Common uses for medical information include physician reference and diagnosis, medical research, medical training, insurance policy underwriting and claims adjusting. Many fields of insurance (e.g., life, health, disability income, long term care, casualty, and reinsurance) routinely require medical information for analysis. Such analyses of medical information typically include reviewing attending physician's statements (“APS”) and other medical records. An APS is usually considered to be the most reliable record as it contains analyses and conclusions by a licensed medical professional. Medical records may be used to help determine the risk presented by an insurance applicant. Medical records can also help determine causation and other issues relevant to claims adjusting.
  • [0005]
    Difficulties Caused by the Status of Medical Information
  • [0006]
    It may take several weeks to receive a medical record after it is requested from a medical information repository such as a physician's office or other healthcare facilities. The delay is due to the paper-only format of the records and the low priority assigned to such requests by medical providers. Since APSs and other medical records are generally restricted to paper, personnel time is required to locate, copy, and fax or mail copies to a requester; consequently requesters are charged an administrative fee for this service. The lengthy delay causes a multitude of problems for requesters. For example, a delay in obtaining medical records for use in underwriting insurance policies may cause applicants to lose interest, with a consequent loss of business to the insurer.
  • [0007]
    In an effort to shorten delays, some requesters utilize agents to travel to and manually retrieve medical records from medical providers. Although this may partially resolve the delay problem at significant expense, it does not address the problem of not knowing whether the retrieved record is complete, whether other records exist, or where more complete or other records may be located. This is a persistent problem with physician-based records and clinical records. Further, even when the existence and location of a record are known, its relevance remains uncertain until retrieved and reviewed. Because of the significant cost of manual retrieval, this is a substantial problem.
  • [0008]
    Just as insurance companies lack access to the medical records they need, healthcare providers and emergency medical technicians also have a need for access to medical records regarding patients which presently goes unmet. Healthcare providers and emergency medical technicians are sometimes required to make decisions regarding how to care for a patient under circumstances in which paper records such as physician-based records are not available. The lack of rapid access to records increases the risk of improper treatment for the patient and increases the likelihood of malpractice by the healthcare providers and emergency medical technicians.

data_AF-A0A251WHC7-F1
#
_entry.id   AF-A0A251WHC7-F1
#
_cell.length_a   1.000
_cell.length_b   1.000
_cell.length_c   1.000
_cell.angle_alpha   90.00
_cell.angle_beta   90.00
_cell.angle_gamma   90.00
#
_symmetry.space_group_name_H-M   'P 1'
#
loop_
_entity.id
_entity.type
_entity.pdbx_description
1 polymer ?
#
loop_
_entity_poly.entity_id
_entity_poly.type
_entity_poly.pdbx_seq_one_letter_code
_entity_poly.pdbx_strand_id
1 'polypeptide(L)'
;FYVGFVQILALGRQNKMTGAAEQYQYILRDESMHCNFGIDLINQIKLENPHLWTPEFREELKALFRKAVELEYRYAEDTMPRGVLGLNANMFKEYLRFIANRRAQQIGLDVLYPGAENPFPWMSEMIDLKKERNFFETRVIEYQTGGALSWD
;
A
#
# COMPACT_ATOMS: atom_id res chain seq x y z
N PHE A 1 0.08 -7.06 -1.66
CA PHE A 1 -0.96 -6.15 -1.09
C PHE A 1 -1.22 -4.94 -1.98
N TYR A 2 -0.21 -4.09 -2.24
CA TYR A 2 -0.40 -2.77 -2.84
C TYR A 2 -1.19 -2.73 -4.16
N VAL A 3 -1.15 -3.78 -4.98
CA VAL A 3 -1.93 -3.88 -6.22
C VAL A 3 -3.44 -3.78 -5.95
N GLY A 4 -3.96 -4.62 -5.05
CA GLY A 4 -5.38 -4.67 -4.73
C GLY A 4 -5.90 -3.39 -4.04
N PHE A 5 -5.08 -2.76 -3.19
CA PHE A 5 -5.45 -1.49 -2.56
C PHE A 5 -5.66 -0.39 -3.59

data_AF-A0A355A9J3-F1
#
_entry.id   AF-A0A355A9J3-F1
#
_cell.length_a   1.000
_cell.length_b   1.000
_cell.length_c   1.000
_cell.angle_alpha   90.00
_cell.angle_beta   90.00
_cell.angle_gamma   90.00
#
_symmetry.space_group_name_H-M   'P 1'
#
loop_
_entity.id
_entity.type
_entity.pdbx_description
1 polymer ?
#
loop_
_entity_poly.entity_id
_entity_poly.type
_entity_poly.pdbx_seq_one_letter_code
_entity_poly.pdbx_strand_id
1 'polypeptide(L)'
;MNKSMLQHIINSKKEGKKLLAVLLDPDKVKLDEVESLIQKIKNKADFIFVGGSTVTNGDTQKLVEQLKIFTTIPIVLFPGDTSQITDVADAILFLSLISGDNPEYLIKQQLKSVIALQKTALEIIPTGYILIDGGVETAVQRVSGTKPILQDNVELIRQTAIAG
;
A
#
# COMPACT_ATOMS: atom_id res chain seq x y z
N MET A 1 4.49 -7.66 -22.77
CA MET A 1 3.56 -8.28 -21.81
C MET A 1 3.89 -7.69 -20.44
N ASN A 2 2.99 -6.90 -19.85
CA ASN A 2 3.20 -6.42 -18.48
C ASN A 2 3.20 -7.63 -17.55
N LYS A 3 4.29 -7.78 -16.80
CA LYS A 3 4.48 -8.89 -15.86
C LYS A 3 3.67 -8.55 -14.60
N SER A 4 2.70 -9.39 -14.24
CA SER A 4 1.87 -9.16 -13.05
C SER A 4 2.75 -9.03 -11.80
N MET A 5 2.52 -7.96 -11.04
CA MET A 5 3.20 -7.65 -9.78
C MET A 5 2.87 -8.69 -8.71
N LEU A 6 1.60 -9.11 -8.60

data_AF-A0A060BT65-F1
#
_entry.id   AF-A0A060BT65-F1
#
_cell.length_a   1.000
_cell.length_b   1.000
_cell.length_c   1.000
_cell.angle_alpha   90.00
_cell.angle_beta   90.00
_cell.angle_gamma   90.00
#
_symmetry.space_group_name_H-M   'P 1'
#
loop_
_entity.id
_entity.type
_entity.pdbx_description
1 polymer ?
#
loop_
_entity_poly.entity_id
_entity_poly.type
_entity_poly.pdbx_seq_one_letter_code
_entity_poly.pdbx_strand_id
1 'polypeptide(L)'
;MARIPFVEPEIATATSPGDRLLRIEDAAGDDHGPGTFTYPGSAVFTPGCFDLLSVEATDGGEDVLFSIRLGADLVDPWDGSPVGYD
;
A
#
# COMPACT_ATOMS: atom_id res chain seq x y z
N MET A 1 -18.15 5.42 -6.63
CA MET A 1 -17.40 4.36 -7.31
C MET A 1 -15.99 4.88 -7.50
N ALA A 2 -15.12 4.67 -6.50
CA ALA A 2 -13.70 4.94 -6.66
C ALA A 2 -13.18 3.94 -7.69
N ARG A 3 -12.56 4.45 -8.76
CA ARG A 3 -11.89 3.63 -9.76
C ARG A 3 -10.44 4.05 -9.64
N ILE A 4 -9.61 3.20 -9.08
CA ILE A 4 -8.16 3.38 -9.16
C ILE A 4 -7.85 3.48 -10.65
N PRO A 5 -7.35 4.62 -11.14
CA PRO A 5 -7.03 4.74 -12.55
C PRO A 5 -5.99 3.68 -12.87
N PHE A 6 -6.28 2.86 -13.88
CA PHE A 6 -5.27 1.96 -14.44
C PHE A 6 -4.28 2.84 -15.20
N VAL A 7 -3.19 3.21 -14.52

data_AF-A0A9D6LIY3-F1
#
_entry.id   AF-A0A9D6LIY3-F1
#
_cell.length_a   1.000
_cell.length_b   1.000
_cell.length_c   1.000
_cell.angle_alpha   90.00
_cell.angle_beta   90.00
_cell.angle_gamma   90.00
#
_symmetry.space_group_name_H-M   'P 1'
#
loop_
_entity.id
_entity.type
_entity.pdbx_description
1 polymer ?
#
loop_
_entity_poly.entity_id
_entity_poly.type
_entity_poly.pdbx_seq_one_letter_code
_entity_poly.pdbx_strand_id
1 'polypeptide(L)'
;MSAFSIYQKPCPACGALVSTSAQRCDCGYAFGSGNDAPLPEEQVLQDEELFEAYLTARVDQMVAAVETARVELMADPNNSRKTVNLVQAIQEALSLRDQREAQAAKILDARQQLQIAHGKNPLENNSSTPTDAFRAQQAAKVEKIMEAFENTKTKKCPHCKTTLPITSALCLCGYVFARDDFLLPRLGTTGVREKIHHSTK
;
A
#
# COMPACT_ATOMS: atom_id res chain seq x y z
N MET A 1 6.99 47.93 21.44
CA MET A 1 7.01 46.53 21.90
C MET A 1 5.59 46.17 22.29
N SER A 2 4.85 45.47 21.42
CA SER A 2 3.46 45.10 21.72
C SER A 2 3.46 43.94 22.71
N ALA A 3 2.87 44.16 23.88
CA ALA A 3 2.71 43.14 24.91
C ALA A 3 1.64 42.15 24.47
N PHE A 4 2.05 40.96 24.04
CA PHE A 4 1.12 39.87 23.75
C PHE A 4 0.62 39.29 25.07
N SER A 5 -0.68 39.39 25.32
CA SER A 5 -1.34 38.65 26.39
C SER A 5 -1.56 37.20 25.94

• [0009]
    For example, an on-call physician may need medical records for patients of other physicians within the same healthcare facility. Because of privacy concerns, the information may not always be transmittable by facsimile machine or the office may be closed. It may also difficult for the on-call doctor to send information to a healthcare facility, such as, sending prescriptions to a hospital or a pharmacy.
  • [0010]
    Some modem offices have digitized old paper records. These so-called “electronic medical records” (EMR) are scanned versions of the paper-based patient records. While providing the advantages of reduced storage space and ease of transmittal, the system does not allow computer searching and the data is still presented as it was on the paper format from which the digital record was derived. Since some manual searching is still required and there is still the same opportunity for under inclusivity of records, this improvement provides limited cost savings.
  • [0011]
    In an effort to overcome the disadvantages of electronic medical records, computer-based patient records (CPR) systems have been developed. These systems typically provide a template into which patient information and physician information is entered. These systems provide the benefits of searchability and ease of tracking. Inclusiveness of all patient records is also greatly improved. Once searched, the records can be compressed and/or encrypted and sent over the Internet. This greatly reduces the amount of staff time needed to locate and transmit the records. Instead, the physician need only review the signed authorization release form from the patient and click to release the records to a requestor.
  • [0012]
    The present invention is directed to overcoming, or at least mitigating, one or more of the problems set forth above.
  • SUMMARY OF THE INVENTION
  • [0013]